Boris Johnson has spent decades perfecting his act as Britain’s most famous buffoon—and the election campaign he’s spent his life preparing for has, fittingly, started like a clown car, immediately falling to pieces around him and leaving him clutching a steering wheel attached to nothing.
It’s hard to think of a campaign that’s ever gotten off to a worse start—and most of the damage was done before the campaign had officially begun. Johnson left Downing Street on Wednesday to visit Queen Elizabeth at Buckingham Palace and explain to her exactly why he’s forced her and the country to go through a third general election in just over four years.
But, while he was inside the palace, the latest in a string of campaign catastrophes struck. One of his cabinet ministers announced his resignation, forced to quit after a rape victim accused him of lying about whether he knew of allegations that a former aide sabotaged a rape trial. Last week, Alun Cairns claimed he was unaware of his ex-staffer’s role in the failed rape trial, before the BBC published an email showing the opposite.
A cabinet resignation would be enough to create a huge storm cloud over any campaign launch—but it’s arguably not even the most damaging piece of news suffered by Johnson in the past 24 hours. Another member of his cabinet provoked equal parts fury and disbelief Tuesday when he suggested that the victims of 2017’s catastrophic Grenfell tower block fire in London, in which at least 72 people died, lacked “common sense.”
Jacob Rees-Mogg, the leader of the House of Commons, made the callous comments live on radio Tuesday, telling LBC: “The more one’s read over the weekend about the report and about the chances of people surviving, if you just ignore what you’re told and leave you are so much safer. And I think if either of us were in a fire, whatever the fire brigade said, we would leave the burning building. It just seems the common sense thing to do.”
Rees-Mogg was forced to apologize after victims’ families expressed their horror at what he said—but that was far from the end of the matter. One of his Conservative Party colleagues then took to the airwaves to defend Rees-Mogg for the comments he’d already profusely apologized for and retracted. Andrew Bridgen suggested Rees-Mogg would have made a “better decision” than those who died in the fire because he’s highly educated.
Speaking on BBC Radio on Tuesday, Bridgen said: “What he’s actually saying is that he would have made a better decision than the authority figures who gave that advice [to stay inside].” Asked if he was implying that Rees-Mogg was more intelligent than the people who died, Bridgen replied, after a long pause: “But we want very clever people running the country, don’t we, Evan? That is a by-product of what Jacob is and that is why he is in a position of authority.”
Inevitably, Bridgen was also forced to apologize by Wednesday morning. He admitted that his comments had caused “a great deal of distress and offense” to the survivors and families of victims of the tragedy.
So, if you’re keeping count, that’s one cabinet resignation, and two public apologies for offending the families of victims of one of the most horrific tragedies in modern British history, all in the 24 hours before Johnson officially launched his master plan to win a parliamentary majority.
But that’s just the start of a long list of problems that has beset the Conservatives since it was agreed an election would be held in December to try to break the Brexit deadlock. For example, last week, evidence that could lead to criminal charges against Johnson’s 2016 pro-Brexit campaign was passed by police to the criminal prosecution authorities.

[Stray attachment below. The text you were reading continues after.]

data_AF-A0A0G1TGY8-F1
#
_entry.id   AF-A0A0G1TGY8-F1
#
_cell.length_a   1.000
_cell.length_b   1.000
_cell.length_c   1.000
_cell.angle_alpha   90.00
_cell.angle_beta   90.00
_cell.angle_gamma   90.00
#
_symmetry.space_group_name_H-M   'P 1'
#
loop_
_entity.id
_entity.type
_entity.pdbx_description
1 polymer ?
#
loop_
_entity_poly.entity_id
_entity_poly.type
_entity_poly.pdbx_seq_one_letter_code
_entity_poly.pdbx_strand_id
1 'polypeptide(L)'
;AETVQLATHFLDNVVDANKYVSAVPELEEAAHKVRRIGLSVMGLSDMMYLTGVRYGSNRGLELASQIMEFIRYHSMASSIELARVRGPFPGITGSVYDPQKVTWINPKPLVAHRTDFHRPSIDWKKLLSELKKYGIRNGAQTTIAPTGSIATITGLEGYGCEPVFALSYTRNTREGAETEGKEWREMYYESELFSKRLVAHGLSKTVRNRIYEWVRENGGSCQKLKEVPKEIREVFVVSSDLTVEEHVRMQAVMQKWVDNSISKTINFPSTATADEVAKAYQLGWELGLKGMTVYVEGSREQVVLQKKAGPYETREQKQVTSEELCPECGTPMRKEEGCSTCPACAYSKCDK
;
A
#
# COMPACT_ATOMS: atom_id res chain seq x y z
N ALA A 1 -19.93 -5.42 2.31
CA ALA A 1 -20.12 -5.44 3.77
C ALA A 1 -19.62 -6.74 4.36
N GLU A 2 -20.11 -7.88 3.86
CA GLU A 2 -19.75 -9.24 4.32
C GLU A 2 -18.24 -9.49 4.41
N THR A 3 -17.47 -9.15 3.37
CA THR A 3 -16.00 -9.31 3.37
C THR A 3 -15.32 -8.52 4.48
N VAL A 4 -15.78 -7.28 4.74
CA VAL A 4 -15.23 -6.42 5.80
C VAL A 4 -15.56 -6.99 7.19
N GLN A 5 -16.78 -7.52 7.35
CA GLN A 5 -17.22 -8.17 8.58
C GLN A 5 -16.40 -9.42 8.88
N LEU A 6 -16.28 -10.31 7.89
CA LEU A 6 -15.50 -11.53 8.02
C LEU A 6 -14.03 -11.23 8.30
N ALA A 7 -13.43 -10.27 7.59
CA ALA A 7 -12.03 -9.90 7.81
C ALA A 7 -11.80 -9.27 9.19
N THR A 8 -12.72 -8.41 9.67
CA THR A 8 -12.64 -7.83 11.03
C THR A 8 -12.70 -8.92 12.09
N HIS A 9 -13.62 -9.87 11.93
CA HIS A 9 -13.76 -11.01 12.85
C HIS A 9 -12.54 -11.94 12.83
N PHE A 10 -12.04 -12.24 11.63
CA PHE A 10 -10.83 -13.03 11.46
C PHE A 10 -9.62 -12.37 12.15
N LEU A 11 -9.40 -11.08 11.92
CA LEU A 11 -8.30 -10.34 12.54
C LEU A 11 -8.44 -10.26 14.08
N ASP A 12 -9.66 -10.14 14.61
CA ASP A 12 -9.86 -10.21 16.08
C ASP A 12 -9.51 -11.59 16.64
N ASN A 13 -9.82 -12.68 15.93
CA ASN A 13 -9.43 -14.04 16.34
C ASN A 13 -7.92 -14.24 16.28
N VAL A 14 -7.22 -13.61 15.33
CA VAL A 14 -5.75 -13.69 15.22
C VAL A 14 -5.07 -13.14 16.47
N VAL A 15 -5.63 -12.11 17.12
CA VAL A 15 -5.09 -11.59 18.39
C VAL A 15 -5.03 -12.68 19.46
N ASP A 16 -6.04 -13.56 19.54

Johnson is also under heavy fire over accusations from lawmakers that he’s intentionally delaying the release of a report into Russia’s influence in British politics until after the election. The report’s authors say it was supposed to be released before the vote, but it has been mysteriously held back. Shadow Foreign Secretary Emily Thornberry said the delay was because the report “risks derailing their election campaign” by exposing links between Russia and Johnson’s Brexit campaign.
The Conservatives were also accused of Trump-like social-media tactics after the official Twitter account was caught misleadingly editing and posting a video of the Labour party’s Sir Keir Starmer to give the false impression he failed to answer a question on the party’s Brexit position.
Johnson was also condemned Wednesday for writing an article for The Telegraph in which he compared Labour leader Jeremy Corbyn to mass-murdering Soviet dictator Josef Stalin. Johnson accused Corbyn of hating wealth so much that he and others “point their fingers at individuals with a relish and a vindictiveness not seen since Stalin persecuted the kulaks.”
All the gaffes, mishaps, and disasters culminated Wednesday morning when Conservative Party Chairman James Cleverly was empty-chaired by Sky News after failing to appear for an interview. Host Kay Burley instead used the segment to list her questions about the terrible campaign start all while Cleverly’s lonely chair was alone on the screen.
Apparently undeterred, Johnson told the nation in a speech outside Downing Street on Wednesday afternoon, in the official start of the campaign, that he wants to win a majority to push forward with Brexit.
Johnson said a majority Conservative government would return to parliament in December and have Brexit completed by the end of January. If the start of his campaign is anything to go by, there’s absolutely no guarantee that this election will give him the result he wants.
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